NGOs rail against anti-migrant “taxi” ship decree, EU refuses to intervene

NGOs rail against anti-migrant “taxi” ship decree, EU refuses to intervene

NGOs rail against anti-migrant “taxi” ship decree, EU refuses to intervene

NGOs operating migrant “taxi” ships have complained to the European Union about new Italian border controls, but the bloc has claimed it will not interfere.

Several NGOs that operate “taxi” ships for migrants in the Mediterranean have released a joint statement against the new rules, threatening heavy fines and ship confiscations if they break the new rules.

“Overall, the Italian decree-law contradicts international law of the sea, human rights and European law and should therefore trigger a strong response from the European Commission, the European Parliament, European member states and institutions,” the NGOs stressed in their statement. Il Giornale reports.

However, when asked about the new Italian rules, EU Commission spokeswoman Anitta Hipper said it was not up to the EU to “deal specifically with the content of this decree”.

The joint statement also claims that the decree will continue to put migrants’ lives at risk, saying: “Among other things, the Italian government requires civilian rescue ships to head to Italy immediately after any rescue. This delays further rescue operations as ships typically conduct multiple rescue operations over several days.”

The NGOs argue that another recent policy, in which Italy has assigned NGO ships to ports far from the Search and Rescue (SAR) area, “will inevitably result in more people tragically drowning at sea.”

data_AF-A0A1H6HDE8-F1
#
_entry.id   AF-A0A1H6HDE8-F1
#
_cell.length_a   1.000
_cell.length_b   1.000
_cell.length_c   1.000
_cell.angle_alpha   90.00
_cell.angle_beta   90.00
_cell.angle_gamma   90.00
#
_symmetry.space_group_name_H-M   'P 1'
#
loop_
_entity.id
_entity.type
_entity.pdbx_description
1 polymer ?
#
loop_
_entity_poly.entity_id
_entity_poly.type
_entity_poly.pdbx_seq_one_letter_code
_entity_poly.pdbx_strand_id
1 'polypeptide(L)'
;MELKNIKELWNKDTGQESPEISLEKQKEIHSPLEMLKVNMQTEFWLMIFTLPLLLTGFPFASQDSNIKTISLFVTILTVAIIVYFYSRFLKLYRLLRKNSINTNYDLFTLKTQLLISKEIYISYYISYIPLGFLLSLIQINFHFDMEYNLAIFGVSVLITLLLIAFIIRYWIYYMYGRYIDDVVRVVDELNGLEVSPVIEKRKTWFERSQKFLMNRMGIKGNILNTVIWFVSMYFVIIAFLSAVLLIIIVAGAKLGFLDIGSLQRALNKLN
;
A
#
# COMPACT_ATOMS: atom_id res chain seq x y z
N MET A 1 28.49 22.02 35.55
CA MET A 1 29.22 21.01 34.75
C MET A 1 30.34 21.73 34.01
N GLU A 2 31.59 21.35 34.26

While the NGOs claim more drownings are likely if their activities cease, the opposite was true when former Italian Interior Minister Matteo Salvini effectively banned them from Italian ports in 2018 and 2019.

Under Salvini’s safety decrees, attempts by migrants to cross the crossing dropped significantly, as migrants who released them were unlikely to reach Europe, which also reduced drowning deaths at sea.

The European Union’s Border Protection Agency has also called the NGOs’ presence in the Mediterranean a draw for migrants, as many make the perilous journey expecting to be “rescued” by migrant “taxis” loitering off the coast of North Africa throughout Traveling on the boats provided by people smugglers would be much more difficult.

NGOs have also been accused of working directly with people smugglers and coordinating their search and rescue missions, while others have noted that smugglers track the locations of NGO ships and send boats to these areas.

The number of migrants dropped off by NGOs is also not insignificant: from January to September last year, over 10,000 migrants were brought ashore by various ships in the Mediterranean Sea.

Follow Chris Tomlinson on Twitter at @TomlinsonCJ or by email to ctomlinson(at)

Leave a Reply

Your email address will not be published. Required fields are marked *